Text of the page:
Interesting piece from The Atlantic on the future of robots as caregivers to the elderly.
Modern medicine and increasing longevity have conspired to boost the need for social care, whether in the home or in institutions. “There’s a pressing requirement for robots in the social care of the elderly, partly because we have fewer people of working age,” says Tony Belpaeme, a professor in intelligent and autonomous control systems at Plymouth University. Traditionally among the poorest paid of the workforce, carers are an ever more scarce resource. Policy makers have begun to cast their eyes towards robots as a possible source of compliant and cheaper help.
The robots already in production, Belpaeme tells me, are principally geared to monitoring the elderly and infirm, or providing companionship while, as yet, performing only the most straightforward of physical tasks. Wait … companionship? “Yes,” says Belpaeme, deadpan, “Of course it would be better to have companionship from people … ” He points out that for all sorts of reasons this can’t always be achieved. “Studies have shown that people don’t mind having robots in the house to talk to. Ask the elderly subjects who take part in these studies if they’d like to have the robot left in the house for a bit longer, and the answer is nearly always yes.”
Adafruit publishes a wide range of writing and video content, including interviews and reporting on the maker market and the wider technology world. Our standards page is intended as a guide to best practices that Adafruit uses, as well as an outline of the ethical standards Adafruit aspires to. While Adafruit is not an independent journalistic institution, Adafruit strives to be a fair, informative, and positive voice within the community – check it out here: adafruit.com/editorialstandards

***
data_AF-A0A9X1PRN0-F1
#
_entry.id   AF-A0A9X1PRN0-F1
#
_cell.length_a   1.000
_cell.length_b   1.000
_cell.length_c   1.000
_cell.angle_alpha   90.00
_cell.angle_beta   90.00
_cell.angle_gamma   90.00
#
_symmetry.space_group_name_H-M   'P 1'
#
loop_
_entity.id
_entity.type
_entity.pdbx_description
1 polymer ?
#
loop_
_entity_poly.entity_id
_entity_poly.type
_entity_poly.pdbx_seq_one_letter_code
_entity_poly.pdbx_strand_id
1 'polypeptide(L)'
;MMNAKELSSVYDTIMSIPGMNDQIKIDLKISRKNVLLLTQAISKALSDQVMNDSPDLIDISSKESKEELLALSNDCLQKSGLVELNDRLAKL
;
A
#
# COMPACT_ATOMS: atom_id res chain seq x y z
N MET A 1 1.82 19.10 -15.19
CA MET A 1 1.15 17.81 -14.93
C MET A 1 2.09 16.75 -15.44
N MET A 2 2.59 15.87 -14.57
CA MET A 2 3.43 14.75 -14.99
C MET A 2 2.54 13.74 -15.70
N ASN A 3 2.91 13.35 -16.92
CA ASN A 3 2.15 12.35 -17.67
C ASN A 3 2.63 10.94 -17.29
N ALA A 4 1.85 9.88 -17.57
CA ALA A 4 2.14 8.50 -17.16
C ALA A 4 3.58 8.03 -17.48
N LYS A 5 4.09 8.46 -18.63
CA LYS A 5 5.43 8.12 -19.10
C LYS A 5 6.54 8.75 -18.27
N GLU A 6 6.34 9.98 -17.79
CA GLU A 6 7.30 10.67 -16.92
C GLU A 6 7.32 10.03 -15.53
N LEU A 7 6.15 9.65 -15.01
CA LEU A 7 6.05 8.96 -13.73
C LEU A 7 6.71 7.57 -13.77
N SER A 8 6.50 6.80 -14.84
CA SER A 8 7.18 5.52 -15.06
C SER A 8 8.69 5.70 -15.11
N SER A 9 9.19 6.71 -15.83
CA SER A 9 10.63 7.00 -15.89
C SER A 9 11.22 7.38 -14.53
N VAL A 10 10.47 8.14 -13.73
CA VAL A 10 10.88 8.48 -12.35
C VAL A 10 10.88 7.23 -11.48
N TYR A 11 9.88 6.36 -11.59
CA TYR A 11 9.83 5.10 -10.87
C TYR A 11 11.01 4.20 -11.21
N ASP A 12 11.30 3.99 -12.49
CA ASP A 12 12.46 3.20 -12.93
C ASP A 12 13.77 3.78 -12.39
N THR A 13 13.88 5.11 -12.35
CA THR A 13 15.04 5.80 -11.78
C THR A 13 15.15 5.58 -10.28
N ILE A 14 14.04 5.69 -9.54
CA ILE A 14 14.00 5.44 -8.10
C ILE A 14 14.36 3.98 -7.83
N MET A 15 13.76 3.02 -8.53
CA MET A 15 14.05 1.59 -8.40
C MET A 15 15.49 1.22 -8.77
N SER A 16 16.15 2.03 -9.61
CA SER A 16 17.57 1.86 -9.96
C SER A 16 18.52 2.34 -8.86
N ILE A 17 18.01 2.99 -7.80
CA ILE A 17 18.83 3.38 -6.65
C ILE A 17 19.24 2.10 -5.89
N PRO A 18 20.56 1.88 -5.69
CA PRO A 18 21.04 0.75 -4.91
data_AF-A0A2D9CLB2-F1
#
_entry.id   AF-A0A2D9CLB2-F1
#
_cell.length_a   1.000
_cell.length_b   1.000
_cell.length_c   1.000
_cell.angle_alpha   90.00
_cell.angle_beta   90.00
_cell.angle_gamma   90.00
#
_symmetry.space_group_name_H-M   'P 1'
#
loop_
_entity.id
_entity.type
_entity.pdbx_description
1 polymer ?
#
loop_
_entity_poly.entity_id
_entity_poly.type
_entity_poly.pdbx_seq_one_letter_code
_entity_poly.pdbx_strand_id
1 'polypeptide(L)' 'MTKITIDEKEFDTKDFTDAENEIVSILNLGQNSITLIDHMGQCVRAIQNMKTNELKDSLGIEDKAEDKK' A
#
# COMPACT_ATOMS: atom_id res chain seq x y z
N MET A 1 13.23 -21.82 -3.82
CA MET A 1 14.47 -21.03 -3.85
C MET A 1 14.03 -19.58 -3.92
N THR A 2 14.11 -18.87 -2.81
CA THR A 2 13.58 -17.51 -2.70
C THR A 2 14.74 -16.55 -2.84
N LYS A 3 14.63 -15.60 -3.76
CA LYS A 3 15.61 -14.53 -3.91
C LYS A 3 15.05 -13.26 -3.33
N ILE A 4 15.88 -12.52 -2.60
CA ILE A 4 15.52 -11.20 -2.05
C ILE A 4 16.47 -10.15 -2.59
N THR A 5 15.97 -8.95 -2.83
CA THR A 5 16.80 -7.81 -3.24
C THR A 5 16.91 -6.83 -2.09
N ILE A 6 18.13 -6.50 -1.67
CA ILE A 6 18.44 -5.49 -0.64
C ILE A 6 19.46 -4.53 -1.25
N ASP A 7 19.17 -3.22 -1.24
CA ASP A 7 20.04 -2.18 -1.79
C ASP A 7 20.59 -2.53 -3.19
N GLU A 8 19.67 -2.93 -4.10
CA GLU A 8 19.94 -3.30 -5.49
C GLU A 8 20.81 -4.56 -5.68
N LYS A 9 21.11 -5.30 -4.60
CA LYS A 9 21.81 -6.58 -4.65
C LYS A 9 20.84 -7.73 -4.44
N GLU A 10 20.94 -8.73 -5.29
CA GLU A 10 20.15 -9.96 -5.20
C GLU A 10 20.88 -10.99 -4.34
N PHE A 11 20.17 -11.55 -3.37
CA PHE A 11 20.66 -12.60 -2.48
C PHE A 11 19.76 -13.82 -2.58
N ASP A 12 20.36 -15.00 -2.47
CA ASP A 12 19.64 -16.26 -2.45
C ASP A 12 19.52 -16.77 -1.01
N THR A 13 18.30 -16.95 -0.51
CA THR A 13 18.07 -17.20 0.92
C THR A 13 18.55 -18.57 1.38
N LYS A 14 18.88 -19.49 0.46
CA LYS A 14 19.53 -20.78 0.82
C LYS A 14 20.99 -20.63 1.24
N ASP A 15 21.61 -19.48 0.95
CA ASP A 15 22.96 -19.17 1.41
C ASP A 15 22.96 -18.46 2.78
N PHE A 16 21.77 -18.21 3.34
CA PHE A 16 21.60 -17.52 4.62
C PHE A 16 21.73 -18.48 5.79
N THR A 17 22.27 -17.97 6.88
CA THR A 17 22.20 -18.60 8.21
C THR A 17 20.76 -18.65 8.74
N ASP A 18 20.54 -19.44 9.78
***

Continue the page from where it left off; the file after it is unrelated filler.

Stop breadboarding and soldering – start making immediately! Adafruit’s Circuit Playground is jam-packed with LEDs, sensors, buttons, alligator clip pads and more. Build projects with Circuit Playground in a few minutes with the drag-and-drop MakeCode programming site, learn computer science using the CS Discoveries class on code.org, jump into CircuitPython to learn Python and hardware together, TinyGO, or even use the Arduino IDE. Circuit Playground Express is the newest and best Circuit Playground board, with support for CircuitPython, MakeCode, and Arduino. It has a powerful processor, 10 NeoPixels, mini speaker, InfraRed receive and transmit, two buttons, a switch, 14 alligator clip pads, and lots of sensors: capacitive touch, IR proximity, temperature, light, motion and sound. A whole wide world of electronics and coding is waiting for you, and it fits in the palm of your hand.
Have an amazing project to share? The Electronics Show and Tell is every Wednesday at 7pm ET! To join, head over to YouTube and check out the show’s live chat – we’ll post the link there.